Also found in: Dictionary, Encyclopedia, Wikipedia.
Graphic Thesaurus  🔍
Display ON
Animation ON
  • noun

Words related to Sabbatarian

one who observes Saturday as the Sabbath (as in Judaism)

References in periodicals archive ?
The ET accepted that Mrs Mba genuinely and deeply held religious beliefs, but it also considered that her sabbatarian belief was not a "core component of the Christian faith", i.
His father was a strict Sabbatarian and ardent prohibitionist who refused to grow barley (uniquely suited to his soil) because it would have been used to produce beer.
This action was anathema to the strict Sabbatarian Free Presbyterian Hebrideans.
41) More than just a cartoonist, Bengough was a lecturer, labour reformer, and Sabbatarian, and his activities did not fail to attract attention to his illustrations, and by the time Grip met its demise in 1894, the Telegram was a year or so into its stride of producing daily front-page cartoons.
Wannabe rocker Sharif Hamaty, 19, is on a mission to get his heavy metal band Sabbatarian recognised in Dubai.
I think that it is very brave of him to challenge the sabbatarian and social prejudices of some of his neighbours, and to raise the profile of homo-sexuality in Lewis, even if he didn't know he was being observed.
The Leisure Hour, and even more so The Sunday at Home, reflected the much larger sabbatarian movement, devoted to preserving Sunday as a day of rest and of religious observance.
53) Though usually lacking the Sabbatarian rigor of their New England cousins, residents of Barbados, Jamaica, and South Carolina set the Lord's Day aside as a special one in the week.
A SECOND Sunday air service is to be started to the Sabbatarian stronghold of the Isle of Lewis - angering Wee Frees.
His enumeration of the links between these different natural cycles via the patterns of seven actually makes my point: The sabbatarian pattern is uniquely Jewish, is integral to the Jewish cultural construction of time--but it is not natural.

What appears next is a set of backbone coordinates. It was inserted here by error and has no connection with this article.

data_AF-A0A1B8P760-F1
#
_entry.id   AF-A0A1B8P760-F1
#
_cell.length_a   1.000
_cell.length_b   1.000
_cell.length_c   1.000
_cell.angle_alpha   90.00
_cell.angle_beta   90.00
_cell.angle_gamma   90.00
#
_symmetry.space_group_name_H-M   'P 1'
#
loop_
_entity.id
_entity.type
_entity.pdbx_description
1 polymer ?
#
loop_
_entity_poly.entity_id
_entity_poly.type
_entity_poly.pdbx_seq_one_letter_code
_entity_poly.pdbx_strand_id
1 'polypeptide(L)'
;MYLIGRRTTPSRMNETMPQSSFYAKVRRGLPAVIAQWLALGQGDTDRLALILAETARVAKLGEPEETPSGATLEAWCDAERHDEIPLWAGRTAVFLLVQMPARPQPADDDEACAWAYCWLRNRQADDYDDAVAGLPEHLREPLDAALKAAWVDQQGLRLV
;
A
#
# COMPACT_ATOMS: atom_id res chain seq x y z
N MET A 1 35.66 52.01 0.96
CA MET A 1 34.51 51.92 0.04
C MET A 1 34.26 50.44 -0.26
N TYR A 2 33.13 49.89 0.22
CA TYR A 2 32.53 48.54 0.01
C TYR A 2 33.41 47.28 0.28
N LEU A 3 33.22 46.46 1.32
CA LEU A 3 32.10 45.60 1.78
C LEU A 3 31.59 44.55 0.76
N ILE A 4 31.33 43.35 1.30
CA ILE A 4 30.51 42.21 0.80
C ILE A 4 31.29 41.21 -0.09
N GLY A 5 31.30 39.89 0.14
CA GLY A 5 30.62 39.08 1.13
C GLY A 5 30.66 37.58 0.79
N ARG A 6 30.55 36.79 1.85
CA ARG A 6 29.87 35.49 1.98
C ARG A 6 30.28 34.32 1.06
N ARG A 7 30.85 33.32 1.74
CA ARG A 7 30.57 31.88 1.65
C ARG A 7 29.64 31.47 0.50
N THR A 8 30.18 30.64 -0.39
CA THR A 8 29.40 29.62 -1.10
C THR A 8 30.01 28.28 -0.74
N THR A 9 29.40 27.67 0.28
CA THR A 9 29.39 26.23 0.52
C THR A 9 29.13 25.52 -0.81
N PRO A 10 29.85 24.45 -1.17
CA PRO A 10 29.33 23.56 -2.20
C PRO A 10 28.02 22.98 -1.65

But it is significanf as a clear-cut endorsement of the Religious Freedom Restoration Act and is also a reaffirmation by the Supreme Court of a decision that allowed exemptions from work on Saturdays for Sabbatarian Adventists.
So, for example, it would be wrong, on this view, for an electorate that happened to contain a male majority to rule on the question of abortion, in which women have an obviously greater stake; it would be wrong for a majority indifferent to matters of headgear to compel Sikhs to remove their turbans, since they have a religious stake in the importance of wearing them; it would be wrong for a more-or-less-religiously indifferent majority to impose a common pause day so inflexibly that it violated the sabbatarian requirements of minorities.
Despite its apparent raucous vitality (not to mention its somewhat shady reputation for gambling, prostitution, and disregard of sabbatarian prohibitions), Coney Island attractions, like modern resorts and theme parks, maintained private police forces, and "restricted access and replaced the anarchy outside the gates with an ordered environment conducive to profit making" (230).
Music became a marker of religious identity and a tool of provocation; Sabbatarian attempts to enforce Sunday observance were met with deliberate profanation.